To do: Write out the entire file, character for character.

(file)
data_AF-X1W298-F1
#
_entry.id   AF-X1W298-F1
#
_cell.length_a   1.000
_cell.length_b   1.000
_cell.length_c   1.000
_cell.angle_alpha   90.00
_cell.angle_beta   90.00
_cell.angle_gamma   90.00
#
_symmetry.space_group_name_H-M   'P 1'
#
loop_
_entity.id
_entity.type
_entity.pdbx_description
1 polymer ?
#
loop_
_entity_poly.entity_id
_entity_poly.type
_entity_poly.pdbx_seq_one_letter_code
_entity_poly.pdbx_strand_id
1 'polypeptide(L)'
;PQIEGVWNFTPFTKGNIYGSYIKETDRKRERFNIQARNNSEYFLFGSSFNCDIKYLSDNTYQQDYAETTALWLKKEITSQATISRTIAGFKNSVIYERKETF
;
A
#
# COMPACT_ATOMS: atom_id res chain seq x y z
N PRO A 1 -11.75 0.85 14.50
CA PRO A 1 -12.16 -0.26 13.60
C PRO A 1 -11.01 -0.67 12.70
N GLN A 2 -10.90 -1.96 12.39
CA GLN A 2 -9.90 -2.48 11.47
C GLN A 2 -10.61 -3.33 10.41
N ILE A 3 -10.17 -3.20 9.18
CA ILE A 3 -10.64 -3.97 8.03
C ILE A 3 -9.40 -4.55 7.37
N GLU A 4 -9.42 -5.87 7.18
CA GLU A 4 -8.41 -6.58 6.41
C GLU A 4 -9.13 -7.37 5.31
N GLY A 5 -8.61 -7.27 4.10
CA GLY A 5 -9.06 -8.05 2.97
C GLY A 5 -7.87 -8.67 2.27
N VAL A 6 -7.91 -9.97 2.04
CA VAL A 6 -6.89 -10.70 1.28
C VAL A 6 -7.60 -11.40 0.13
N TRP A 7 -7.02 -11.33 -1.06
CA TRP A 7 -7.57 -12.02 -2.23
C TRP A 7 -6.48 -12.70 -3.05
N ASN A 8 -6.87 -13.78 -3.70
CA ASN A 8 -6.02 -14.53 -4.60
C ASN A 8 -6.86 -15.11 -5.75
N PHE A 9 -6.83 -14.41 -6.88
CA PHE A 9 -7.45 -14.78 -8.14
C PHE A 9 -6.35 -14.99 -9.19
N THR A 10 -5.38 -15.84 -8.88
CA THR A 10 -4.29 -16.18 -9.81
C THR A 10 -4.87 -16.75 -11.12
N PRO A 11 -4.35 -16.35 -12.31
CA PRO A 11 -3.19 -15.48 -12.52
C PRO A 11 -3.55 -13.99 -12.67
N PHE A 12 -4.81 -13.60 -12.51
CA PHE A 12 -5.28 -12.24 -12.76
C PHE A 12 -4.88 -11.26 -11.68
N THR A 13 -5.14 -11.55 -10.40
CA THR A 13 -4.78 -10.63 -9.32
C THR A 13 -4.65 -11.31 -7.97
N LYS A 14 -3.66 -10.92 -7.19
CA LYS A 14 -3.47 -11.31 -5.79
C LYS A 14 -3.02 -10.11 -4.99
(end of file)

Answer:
data_AF-X1W298-F1
#
_entry.id   AF-X1W298-F1
#
_cell.length_a   1.000
_cell.length_b   1.000
_cell.length_c   1.000
_cell.angle_alpha   90.00
_cell.angle_beta   90.00
_cell.angle_gamma   90.00
#
_symmetry.space_group_name_H-M   'P 1'
#
loop_
_entity.id
_entity.type
_entity.pdbx_description
1 polymer ?
#
loop_
_entity_poly.entity_id
_entity_poly.type
_entity_poly.pdbx_seq_one_letter_code
_entity_poly.pdbx_strand_id
1 'polypeptide(L)'
;PQIEGVWNFTPFTKGNIYGSYIKETDRKRERFNIQARNNSEYFLFGSSFNCDIKYLSDNTYQQDYAETTALWLKKEITSQATISRTIAGFKNSVIYERKETF
;
A
#
# COMPACT_ATOMS: atom_id res chain seq x y z
N PRO A 1 -11.75 0.85 14.50
CA PRO A 1 -12.16 -0.26 13.60
C PRO A 1 -11.01 -0.67 12.70
N GLN A 2 -10.90 -1.96 12.39
CA GLN A 2 -9.90 -2.48 11.47
C GLN A 2 -10.61 -3.33 10.41
N ILE A 3 -10.17 -3.20 9.18
CA ILE A 3 -10.64 -3.97 8.03
C ILE A 3 -9.40 -4.55 7.37
N GLU A 4 -9.42 -5.87 7.18
CA GLU A 4 -8.41 -6.58 6.41
C GLU A 4 -9.13 -7.37 5.31
N GLY A 5 -8.61 -7.27 4.10
CA GLY A 5 -9.06 -8.05 2.97
C GLY A 5 -7.87 -8.67 2.27
N VAL A 6 -7.91 -9.97 2.04
CA VAL A 6 -6.89 -10.70 1.28
C VAL A 6 -7.60 -11.40 0.13
N TRP A 7 -7.02 -11.33 -1.06
CA TRP A 7 -7.57 -12.02 -2.23
C TRP A 7 -6.48 -12.70 -3.05
N ASN A 8 -6.87 -13.78 -3.70
CA ASN A 8 -6.02 -14.53 -4.60
C ASN A 8 -6.86 -15.11 -5.75
N PHE A 9 -6.83 -14.41 -6.88
CA PHE A 9 -7.45 -14.78 -8.14
C PHE A 9 -6.35 -14.99 -9.19
N THR A 10 -5.38 -15.84 -8.88
CA THR A 10 -4.29 -16.18 -9.81
C THR A 10 -4.87 -16.75 -11.12
N PRO A 11 -4.35 -16.35 -12.31
CA PRO A 11 -3.19 -15.48 -12.52
C PRO A 11 -3.55 -13.99 -12.67
N PHE A 12 -4.81 -13.60 -12.51
CA PHE A 12 -5.28 -12.24 -12.76
C PHE A 12 -4.88 -11.26 -11.68
N THR A 13 -5.14 -11.55 -10.40
CA THR A 13 -4.78 -10.63 -9.32
C THR A 13 -4.65 -11.31 -7.97
N LYS A 14 -3.66 -10.92 -7.19
CA LYS A 14 -3.47 -11.31 -5.79
C LYS A 14 -3.02 -10.11 -4.99